10. Sharing the power of knowledge: We offer free educational resources to teachers across the country. Curriculum guides offer standards-based lesson plans and materials to aid in the exploration of museum themes and skills within the classrooms. The museum’s digitized collection database and Learning Lab collections also provide opportunities for discovery.
  11. Doing things differently: We are telling your history and culture like no one else can through the lenses of postal history and philately.
  12. Inspiring the future: Every year, we host interns and fellows from across the country and world. We are preparing and inspiring the next generation through sharing important work skills and knowledge to take with them to whatever their future may hold.
  13. Diving deeper: Your support allows our curators the discretion and freedom to go deeper into topics and share new points of view on our history.
  14. Mornings at the Museum: Our annual program, free to the public, allows those with cognitive impairments to explore the museum in an inclusive environment.
  15. Educating the public: We have online videos, public programs, and the Agents of Deterioration gallery experience that help educate the public on caring for their own collections to ensure they are safe and able to be passed down for generations.
  16. On the road: Our Mail Call exhibition – which tells the fascinating story of military mail and communication – has been on tour across the United States for the past six years. This exhibit allowed for the museum’s research to break out of our walls and tell communities across the country this important part of American culture.
  17. Unexpectedly for everyone: The comment we see most on TripAdvisor is “unexpected.” We are #34 out of 431 on TripAdvisor’s things to do in Washington, DC. The museum is loved because we are accessible to anyone, from letter writers to philatelists to history fanatics and everyone in-between.
  18. A one-of-a-kind lab: Our world-class Forensic Laboratory is utilized by researchers who go on to create ground breaking content in the philatelic and postal history scholarly world.
  19. We are your museum: We are open 364 days a year and free to the public.
  20. Publishing knowledge: The museum’s staff have been published more than 233 times over the past 25 years. It is important to us that we disseminate our knowledge to the public to fulfill the Smithsonian’s mission to diffuse knowledge to the world.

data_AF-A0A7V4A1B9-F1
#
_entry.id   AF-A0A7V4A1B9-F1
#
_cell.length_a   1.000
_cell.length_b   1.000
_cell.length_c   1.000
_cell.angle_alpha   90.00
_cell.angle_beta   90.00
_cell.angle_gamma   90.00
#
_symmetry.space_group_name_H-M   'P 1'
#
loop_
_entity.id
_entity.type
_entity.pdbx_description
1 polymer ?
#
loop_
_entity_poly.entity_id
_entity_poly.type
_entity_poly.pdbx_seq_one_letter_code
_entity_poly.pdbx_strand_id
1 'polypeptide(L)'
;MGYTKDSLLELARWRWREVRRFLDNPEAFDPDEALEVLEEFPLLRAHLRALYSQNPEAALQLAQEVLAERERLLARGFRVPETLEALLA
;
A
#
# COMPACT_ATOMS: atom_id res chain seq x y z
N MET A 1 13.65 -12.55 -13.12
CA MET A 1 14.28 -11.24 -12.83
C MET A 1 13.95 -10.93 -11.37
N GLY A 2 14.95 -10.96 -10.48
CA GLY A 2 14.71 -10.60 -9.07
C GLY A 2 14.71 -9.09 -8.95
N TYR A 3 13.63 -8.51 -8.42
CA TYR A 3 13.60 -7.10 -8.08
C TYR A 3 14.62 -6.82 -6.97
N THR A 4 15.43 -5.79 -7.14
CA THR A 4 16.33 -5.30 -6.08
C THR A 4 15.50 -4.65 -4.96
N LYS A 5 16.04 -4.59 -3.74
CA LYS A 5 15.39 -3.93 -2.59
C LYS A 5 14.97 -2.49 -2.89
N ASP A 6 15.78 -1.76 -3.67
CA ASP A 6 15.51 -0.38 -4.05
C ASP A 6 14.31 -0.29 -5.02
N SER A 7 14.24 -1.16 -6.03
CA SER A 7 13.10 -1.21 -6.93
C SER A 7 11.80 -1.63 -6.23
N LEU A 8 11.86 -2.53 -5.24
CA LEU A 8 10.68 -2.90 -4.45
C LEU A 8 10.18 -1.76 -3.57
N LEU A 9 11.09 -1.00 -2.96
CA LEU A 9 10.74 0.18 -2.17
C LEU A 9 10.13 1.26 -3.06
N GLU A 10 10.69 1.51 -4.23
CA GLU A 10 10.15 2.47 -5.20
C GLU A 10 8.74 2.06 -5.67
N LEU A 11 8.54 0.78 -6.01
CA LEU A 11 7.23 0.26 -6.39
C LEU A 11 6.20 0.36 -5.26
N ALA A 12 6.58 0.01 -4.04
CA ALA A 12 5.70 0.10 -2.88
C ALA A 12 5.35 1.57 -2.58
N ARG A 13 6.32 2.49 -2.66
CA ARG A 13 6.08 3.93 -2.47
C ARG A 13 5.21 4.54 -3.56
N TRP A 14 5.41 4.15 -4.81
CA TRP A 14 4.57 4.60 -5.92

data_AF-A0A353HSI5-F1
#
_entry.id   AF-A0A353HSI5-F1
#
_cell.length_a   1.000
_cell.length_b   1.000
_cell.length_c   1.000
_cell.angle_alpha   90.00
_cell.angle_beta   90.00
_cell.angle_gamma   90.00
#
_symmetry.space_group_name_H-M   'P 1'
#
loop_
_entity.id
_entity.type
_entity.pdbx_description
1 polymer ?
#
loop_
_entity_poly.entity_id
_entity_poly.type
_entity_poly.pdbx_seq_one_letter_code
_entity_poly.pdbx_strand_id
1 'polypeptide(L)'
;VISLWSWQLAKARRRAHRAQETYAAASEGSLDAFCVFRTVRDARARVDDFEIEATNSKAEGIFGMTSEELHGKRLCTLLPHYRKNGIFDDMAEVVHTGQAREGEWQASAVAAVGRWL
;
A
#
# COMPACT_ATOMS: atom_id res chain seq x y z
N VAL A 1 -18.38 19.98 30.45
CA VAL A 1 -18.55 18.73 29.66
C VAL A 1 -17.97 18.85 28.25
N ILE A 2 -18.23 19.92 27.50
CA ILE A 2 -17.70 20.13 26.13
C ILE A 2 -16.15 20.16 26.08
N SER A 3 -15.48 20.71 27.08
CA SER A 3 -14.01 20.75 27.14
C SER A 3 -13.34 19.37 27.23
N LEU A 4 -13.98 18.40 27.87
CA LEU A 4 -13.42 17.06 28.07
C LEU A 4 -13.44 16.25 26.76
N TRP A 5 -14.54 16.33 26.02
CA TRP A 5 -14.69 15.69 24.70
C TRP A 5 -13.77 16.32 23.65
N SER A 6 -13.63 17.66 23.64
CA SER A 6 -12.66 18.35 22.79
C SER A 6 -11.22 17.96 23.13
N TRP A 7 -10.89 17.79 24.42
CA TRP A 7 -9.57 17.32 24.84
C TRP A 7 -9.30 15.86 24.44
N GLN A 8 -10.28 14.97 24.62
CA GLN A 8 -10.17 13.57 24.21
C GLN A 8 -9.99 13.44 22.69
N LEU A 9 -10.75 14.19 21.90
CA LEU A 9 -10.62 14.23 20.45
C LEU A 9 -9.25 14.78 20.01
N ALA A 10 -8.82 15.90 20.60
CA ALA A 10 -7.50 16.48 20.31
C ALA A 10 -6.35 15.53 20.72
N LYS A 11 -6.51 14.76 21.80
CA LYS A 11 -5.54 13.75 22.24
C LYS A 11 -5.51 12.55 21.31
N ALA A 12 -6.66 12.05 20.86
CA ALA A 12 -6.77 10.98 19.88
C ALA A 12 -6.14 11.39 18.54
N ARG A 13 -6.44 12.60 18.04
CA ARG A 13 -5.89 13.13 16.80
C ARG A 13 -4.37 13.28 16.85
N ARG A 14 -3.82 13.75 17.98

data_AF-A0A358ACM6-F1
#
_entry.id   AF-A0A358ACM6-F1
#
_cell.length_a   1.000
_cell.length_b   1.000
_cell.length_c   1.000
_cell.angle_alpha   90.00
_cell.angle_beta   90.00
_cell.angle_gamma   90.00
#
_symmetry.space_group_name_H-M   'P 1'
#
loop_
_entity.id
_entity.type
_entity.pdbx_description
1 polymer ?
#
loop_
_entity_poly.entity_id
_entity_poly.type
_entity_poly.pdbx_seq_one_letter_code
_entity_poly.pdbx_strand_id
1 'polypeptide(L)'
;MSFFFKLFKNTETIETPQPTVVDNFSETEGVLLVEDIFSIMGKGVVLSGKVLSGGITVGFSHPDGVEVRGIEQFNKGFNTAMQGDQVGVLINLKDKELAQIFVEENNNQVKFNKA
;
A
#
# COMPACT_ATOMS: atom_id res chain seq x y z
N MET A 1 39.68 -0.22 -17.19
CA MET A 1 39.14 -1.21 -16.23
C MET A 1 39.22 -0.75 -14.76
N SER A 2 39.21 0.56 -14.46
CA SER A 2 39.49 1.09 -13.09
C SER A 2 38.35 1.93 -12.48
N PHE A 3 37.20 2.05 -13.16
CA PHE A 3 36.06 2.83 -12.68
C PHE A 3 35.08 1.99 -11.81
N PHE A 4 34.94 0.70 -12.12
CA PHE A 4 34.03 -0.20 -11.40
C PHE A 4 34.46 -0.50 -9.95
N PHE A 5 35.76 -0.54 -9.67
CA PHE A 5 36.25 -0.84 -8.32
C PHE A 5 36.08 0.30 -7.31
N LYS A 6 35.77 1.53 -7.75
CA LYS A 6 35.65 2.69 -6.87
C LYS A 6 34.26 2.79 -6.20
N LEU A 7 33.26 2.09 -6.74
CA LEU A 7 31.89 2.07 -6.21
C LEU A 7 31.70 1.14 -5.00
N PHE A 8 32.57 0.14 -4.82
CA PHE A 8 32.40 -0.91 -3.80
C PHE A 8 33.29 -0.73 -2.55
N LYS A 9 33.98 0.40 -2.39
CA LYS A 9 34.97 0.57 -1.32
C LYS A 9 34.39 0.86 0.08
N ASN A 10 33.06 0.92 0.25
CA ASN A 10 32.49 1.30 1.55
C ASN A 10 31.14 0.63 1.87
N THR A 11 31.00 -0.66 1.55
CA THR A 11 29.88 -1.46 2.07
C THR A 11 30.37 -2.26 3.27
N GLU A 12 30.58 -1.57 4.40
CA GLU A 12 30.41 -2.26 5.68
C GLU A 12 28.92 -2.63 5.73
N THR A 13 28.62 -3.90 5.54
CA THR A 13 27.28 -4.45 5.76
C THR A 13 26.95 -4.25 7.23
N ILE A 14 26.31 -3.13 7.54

21. Bringing the museum to you: Your support allows for curators and specialists to go out into the community and across the world to share their expertise at conferences, symposiums, forums, and other cultural institutions.
  22. Diverse programming: Our free public programs – including Family Days, Story Time, Lunchtime Lectures, and History After Hours – are designed to reach all ages and all backgrounds. This dedication to diversity broadens our community and reach.
  23. Become a part of the community: The National Postal Museum Society is a group of dedicated, like-minded individuals who are passionate about promoting philately and sharing America’s history and culture through postal history.
  24. Promotion of stamp collecting: Through our free programs, we bring in leading scholars in philatelic studies to share their important research with the public. We hope to educate and inspire the next generation of stamp collectors.
  25. With your help, we can do more! Please visit Support the Museum to give today.

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Teachers participate in a 2018 Teachers Workshop focused on educational resources from our Beautiful Blooms exhibition.

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Visitors participate in the Agents of Deterioration gallery experience.

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Curator Lynn Heidelbaugh lectured at the National World War I Museum and Memorial in Kansas City, MO in July 2018.

Thank you to our supporters who make this all possible! We look forward to the next 25 years!